Sticky toffee pudding, seafood stew and wild rice salad are holiday winners

Chefs and cookbook authors Lynn Crawford, owner of Ruby Watchco in Toronto, and Lisa Ahier of SoBo restaurant in Tofino, B.C., like to incorporate local and fresh food into holiday meals and get-togethers.

Here are some of their recipes to try this festive season.

Sticky Toffee Pudding Cake With Eggnog Mousse and Cranberry Caramel

This recipe is a family favourite of Lynn Crawford, restaurant owner, cookbook author and host of such Food Network Canada shows as "Pitchin' In" and "Restaurant Makeover." She has updated it by creating a decadent accompaniment of eggnog mousse and cranberry caramel.

Prep Time: 1 hour

Cook Time: 1 hour

Cranberry Caramel

250 ml (1 cup) sugar

45 ml (3 tbsp) 35 per cent cream

45 ml (3 tbsp) unsalted butter

45 ml (3 tbsp) dried cranberries

Eggnog Mousse

45 ml (3 tbsp) dark rum

45 ml (3 tbsp) brandy

1 envelope (15 ml/1 tbsp) unflavoured gelatin

3 large eggs, whites and yolks separated

250 ml (1 cup) sugar, divided

500 ml (2 cups) heavy cream

5 ml (1 tsp) ground cinnamon

2 ml (1/2 tsp) freshly grated nutmeg

0.5 ml (1/8 tsp) ground cloves

10 ml (2 tsp) pure vanilla extract

Sticky Toffee Pudding Cake

50 ml (1/4 cup) unsalted butter, room temperature, plus more for pan

375 ml (1 1/2 cups) sifted all-purpose flour, plus more for pan

375 ml (1 1/2 cups) chopped pitted dates

5 ml (1 tsp) baking powder

2 ml (1/2 tsp) sea salt

250 ml (1 cup) sugar

5 ml (1 tsp) vanilla extract

2 large eggs

White chocolate shavings, for garnish

Cranberry Caramel: In a medium saucepan, cook sugar over medium-low heat, stirring slowly with a fork until sugar is melted and pale gold. Cook caramel, gently swirling pan until deep golden.

Remove from heat and carefully add cream and butter.

Return to heat and simmer, stirring until caramel is dissolved.

Remove from heat and stir in dried cranberries

Eggnog Mousse: Prepare an ice bath; set aside.

In a small bowl, combine spirits. Sprinkle with gelatin; let soften, about 5 minutes.

In a heatproof bowl set over a pan of simmering water, combine egg yolks and 125 ml (1/2 cup) of the sugar; whisk until mixture is pale and fluffy, 2 minutes. Remove from heat; whisk in gelatin mixture.

Set bowl over pan again; cook, whisking, until gelatin has dissolved, about 3 minutes.

Transfer bowl to ice bath; scrape down sides of bowl and whisk until cooled slightly, 1 to 2 minutes.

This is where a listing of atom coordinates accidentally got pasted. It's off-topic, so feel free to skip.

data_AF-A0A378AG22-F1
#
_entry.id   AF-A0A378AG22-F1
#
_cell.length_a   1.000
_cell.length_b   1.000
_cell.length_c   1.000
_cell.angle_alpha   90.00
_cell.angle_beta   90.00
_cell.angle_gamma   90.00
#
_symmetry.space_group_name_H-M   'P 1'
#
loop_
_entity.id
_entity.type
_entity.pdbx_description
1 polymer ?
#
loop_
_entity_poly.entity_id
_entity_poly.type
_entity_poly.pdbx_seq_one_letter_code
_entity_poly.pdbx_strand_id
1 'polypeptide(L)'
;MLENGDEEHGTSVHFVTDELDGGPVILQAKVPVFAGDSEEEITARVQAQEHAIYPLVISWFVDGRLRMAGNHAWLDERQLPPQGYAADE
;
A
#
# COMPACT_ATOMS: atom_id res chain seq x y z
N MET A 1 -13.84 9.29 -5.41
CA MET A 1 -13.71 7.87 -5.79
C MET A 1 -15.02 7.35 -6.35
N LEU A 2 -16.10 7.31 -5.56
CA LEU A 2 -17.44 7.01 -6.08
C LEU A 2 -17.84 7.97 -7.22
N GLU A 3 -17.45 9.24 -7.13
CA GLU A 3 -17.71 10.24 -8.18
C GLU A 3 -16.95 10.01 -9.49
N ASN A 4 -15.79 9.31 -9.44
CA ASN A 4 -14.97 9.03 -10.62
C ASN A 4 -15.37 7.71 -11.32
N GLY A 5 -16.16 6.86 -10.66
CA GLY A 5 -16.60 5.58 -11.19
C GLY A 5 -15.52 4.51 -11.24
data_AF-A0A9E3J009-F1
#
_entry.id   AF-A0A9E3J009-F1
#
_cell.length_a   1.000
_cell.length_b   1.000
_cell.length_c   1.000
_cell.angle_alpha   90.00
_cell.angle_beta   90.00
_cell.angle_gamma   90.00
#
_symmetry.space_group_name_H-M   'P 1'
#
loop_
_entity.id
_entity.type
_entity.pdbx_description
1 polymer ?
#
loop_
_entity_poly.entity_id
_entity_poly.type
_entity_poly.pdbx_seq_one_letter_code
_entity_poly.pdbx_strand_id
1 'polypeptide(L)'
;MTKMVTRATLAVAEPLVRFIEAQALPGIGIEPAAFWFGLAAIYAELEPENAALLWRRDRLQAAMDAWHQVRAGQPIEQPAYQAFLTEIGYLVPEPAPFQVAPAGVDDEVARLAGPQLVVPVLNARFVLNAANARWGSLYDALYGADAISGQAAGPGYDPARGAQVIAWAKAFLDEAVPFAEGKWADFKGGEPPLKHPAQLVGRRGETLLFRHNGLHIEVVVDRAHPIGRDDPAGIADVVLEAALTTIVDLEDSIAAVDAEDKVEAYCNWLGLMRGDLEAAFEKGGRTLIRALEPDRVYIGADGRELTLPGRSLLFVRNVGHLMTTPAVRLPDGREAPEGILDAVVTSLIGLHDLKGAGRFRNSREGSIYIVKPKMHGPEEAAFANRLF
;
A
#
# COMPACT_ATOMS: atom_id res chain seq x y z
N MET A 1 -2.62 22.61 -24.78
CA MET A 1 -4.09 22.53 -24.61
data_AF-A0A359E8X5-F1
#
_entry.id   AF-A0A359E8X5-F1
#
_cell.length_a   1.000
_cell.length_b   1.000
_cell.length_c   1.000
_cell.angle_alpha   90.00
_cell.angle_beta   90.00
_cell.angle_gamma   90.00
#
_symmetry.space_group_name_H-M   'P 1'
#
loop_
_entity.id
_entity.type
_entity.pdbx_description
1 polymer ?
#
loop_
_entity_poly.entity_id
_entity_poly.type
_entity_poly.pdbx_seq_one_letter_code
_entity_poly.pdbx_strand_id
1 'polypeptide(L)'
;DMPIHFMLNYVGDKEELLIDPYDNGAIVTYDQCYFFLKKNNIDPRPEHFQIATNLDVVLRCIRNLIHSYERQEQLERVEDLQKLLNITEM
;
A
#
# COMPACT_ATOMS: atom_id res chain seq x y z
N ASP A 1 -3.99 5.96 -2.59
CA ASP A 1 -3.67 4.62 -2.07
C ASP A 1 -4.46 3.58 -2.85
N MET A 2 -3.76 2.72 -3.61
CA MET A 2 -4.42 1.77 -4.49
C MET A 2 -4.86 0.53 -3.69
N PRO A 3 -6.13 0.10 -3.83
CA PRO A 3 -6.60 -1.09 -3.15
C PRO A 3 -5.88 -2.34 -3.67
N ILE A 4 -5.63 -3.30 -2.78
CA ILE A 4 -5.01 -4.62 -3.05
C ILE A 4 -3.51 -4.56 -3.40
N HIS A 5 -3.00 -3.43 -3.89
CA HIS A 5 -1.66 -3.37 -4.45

In the bowl of an electric mixer, combine remaining 125 ml (1/2 cup) sugar with cream, cinnamon, nutmeg, cloves and vanilla. Whisk until stiff peaks form. Fold one-third of whipped cream into gelatin mixture, then gently fold gelatin mixture into remaining whipped cream.

In a clean bowl of the electric mixer, whisk egg whites until stiff peaks form. Fold into cream mixture.

Transfer to a serving dish; cover. Chill until firm, at least 30 minutes or overnight. Serve chilled, garnished with caramel and other recommended toppings.

Cake: Preheat oven to 180 C (350 F). Butter and flour a 28-by-23-cm (11-by-9-inch) pan.

Bring dates and 300 ml (1 1/4 cups) water to a boil in a medium heavy saucepan with tall sides. Remove from heat; stir in baking soda. Set aside; let cool.

In a small bowl, whisk flour, baking powder and salt.

In a large bowl and using an electric mixer, beat butter, sugar and vanilla to blend. Add 1 egg; beat to blend. Add half the flour mixture and half the date mixture; beat to blend. Repeat with remaining 1 egg, flour mixture and date mixture.

Pour batter into pan.

Bake until a tester inserted into centre of cake comes out clean, 40 to 45 minutes. Let cool in pan on a wire rack for 30 minutes.

Invert pudding onto rack. When cool, cut cake into 6 portions.

To serve, first place a piece of the sticky toffee pudding cake on a plate, then pour cranberry caramel on top, finish with a scoop of the eggnog mousse. Finish with shaving white chocolate on top of the mousse.

Makes 6 servings.

Source: Chef Lynn Crawford with Egg Farmers of Canada (


Left Coast Seafood Stew

This rich bouillabaisse is named in a nod to Tofino's left-leaning, free-thinking attitude. It's West Coast in all its bountiful glory.

"It's a great dish for Christmas Eve or holiday entertaining. ... It's relatively simple once the broth is made," says Lisa Ahier. "Fast, good to eat, very heartwarming, very soulful and filling."

It's no problem to mix and match the seafood to your own taste.

Serve with some crusty bread on the side for soaking up leftover broth.

To debeard mussels, scrape the hairs off the outer shells under running water. With a paring knife, delicately twist/cut off the hairy "beard" at the base of the mussel (don't pull so hard as to damage the interior mussel).

To clean clams, soak them in a bowl of cold water for 20 minutes. Lift them out by hand or with a slotted spoon so that whatever sand or sediment that was ejected by the live clams remains in the bowl.